Lost ten days

Imagine that the highest religious authority in the world (Dalai Lama, Pope Francis, Chief Israeli Rabbi?) announces tomorrow that ten days of the 2020 calendar will be wiped out. Instead of having 365 days, we’d only have 355. Think about the turmoil this would create… Instagram, Facebook and Twitter would buzz; traders at the stock market wouldn’t know what to do; conspiracy theories and governments would point fingers accusing each other. Don’t even mention physicists and astronomers. It would be chaos!

Whatever you imagine, this scenario is not new for human beings. It already happened in history.
In the year 1582, the world changed from the Julian calendar to the Gregorian calendar, the one we use today.

In the Julian calendar, that was established by Julius Caesar in the year 40 BCE, one year was longer by 11 minutes and 14 seconds than the tropical year (the time the sun takes to return to the same position). In a cycle of 314 years these calendars would differ by a day and therefore corrections to the Julian calendar were eventually needed.

In 1582 Pope Gregory XIII established the Gregorian calendar, a more accurate calendar, the calendar we use today. What many people don’t know is that in order to make the correction, ten days were completely erased from the calendar. If you were born between October 4th and October 14th you probably were not registered, unfortunately, therefore no birthday cake for you! In the year 1582, October 4th was followed by October 15th. For us, this scenario is nearly impossible to imagine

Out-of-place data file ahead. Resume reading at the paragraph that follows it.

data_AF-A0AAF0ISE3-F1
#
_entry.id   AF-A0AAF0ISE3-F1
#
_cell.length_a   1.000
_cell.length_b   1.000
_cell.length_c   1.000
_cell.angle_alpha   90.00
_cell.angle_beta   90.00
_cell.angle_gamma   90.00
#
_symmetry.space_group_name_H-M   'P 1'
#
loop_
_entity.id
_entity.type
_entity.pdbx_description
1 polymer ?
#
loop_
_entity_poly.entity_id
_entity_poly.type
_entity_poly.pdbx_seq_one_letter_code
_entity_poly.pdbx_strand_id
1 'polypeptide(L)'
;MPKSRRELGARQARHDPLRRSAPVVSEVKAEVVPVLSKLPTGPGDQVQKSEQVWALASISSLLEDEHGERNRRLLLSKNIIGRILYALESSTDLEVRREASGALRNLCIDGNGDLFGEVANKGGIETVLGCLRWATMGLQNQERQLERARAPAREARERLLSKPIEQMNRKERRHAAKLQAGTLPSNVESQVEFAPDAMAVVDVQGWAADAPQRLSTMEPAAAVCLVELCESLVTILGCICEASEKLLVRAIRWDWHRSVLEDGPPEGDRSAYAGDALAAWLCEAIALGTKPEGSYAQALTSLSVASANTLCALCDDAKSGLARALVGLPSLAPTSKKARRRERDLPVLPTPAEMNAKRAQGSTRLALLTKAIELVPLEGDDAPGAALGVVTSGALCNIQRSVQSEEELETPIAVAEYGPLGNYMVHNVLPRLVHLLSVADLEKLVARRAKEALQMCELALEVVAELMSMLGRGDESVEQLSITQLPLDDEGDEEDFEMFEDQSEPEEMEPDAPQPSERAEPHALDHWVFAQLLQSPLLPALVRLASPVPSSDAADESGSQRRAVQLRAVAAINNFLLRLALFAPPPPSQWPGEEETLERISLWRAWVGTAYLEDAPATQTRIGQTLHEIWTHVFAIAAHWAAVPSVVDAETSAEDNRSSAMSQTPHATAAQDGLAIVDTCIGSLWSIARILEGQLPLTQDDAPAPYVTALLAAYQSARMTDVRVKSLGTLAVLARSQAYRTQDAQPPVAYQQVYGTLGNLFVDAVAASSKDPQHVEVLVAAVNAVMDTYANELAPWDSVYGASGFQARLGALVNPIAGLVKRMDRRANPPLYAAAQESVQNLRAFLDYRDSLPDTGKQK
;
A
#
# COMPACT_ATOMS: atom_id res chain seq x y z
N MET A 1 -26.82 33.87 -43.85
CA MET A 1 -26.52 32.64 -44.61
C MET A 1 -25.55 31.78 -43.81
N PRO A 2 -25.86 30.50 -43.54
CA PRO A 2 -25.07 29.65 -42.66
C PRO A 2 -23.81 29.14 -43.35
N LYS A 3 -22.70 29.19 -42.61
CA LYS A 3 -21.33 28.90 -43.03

So now, the question our grandparents would ask: Is this good for the Jews?

The answer is unclear. What is important to know is that this is probably the only regulation where the Gregorian calendar affects the Jewish calendar.

If we read the small font of our prayer books carefully, we will see there is a minor change in the ninth blessing of the Amidah either on December 4th or 5th. Well… in the year 2100 this footnote will need to be re-written to be on December 5th or December 6th. In 2200- a day few of us will see- the footnote will continue moving forward to December 6th or 7th and so on. By the Beth El will need to order revised editions of the prayer books!

More information can be found here.


What really matters is what we do with our days. Do we want to wipe them out from the calendar or make them shine, be highlighted and relevant.

I strongly believe it is not a coincidence that ten days were erased in the Gregorian calendar and ten days are the holiest days of the Jewish calendar. We want our counted days to count. Let’s make them shine in our calendar!


Posted by Rabbi Fabián Werbin


The Russians did not adopt the Gregorian calendar until 1918, when Lenin changed it. They lost two weeks of February 1918, going from January 31 to February 14.

I just learned from Google that the last to adopt the Gregorian calendar was Turkey, in 1927!
There is a chart showing places and dates after 1582:

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